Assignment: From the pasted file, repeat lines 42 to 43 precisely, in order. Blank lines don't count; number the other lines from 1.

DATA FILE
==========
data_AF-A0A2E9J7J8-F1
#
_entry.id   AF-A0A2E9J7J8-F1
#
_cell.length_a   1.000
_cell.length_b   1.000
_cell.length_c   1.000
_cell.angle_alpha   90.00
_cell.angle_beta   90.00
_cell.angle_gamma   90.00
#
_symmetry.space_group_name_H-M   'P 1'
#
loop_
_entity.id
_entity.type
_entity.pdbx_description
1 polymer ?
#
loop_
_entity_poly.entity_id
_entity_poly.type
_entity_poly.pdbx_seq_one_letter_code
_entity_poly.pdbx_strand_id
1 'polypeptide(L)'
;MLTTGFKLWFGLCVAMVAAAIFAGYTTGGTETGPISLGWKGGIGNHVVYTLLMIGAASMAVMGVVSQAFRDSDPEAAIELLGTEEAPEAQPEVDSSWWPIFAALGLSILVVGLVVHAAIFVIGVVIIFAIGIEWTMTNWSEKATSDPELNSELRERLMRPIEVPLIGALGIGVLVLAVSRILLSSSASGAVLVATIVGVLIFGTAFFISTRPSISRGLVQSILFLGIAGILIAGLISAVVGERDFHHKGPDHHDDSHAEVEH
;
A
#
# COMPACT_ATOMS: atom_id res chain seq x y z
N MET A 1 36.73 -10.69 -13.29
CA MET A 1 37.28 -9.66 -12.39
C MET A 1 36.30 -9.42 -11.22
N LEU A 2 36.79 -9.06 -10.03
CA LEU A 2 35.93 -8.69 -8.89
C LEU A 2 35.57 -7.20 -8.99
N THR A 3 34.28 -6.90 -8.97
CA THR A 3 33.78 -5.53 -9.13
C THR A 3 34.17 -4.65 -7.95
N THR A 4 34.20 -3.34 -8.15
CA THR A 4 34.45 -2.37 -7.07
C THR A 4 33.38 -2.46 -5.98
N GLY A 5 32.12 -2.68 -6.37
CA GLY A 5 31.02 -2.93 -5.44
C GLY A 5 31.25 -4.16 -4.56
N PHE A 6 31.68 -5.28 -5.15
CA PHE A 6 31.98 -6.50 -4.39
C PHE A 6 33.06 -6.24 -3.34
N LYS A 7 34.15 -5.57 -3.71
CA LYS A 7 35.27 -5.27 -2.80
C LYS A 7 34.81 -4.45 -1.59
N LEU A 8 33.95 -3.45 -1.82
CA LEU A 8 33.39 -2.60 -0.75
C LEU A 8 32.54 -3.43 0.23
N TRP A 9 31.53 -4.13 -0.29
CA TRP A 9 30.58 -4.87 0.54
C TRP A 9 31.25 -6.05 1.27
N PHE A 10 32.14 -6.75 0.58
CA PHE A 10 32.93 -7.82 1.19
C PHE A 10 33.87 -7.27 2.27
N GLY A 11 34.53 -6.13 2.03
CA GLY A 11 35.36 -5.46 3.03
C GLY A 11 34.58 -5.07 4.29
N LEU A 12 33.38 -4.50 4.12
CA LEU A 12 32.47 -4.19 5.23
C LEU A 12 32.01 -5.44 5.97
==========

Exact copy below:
C THR A 4 33.38 -2.46 -5.98
N GLY A 5 32.12 -2.68 -6.37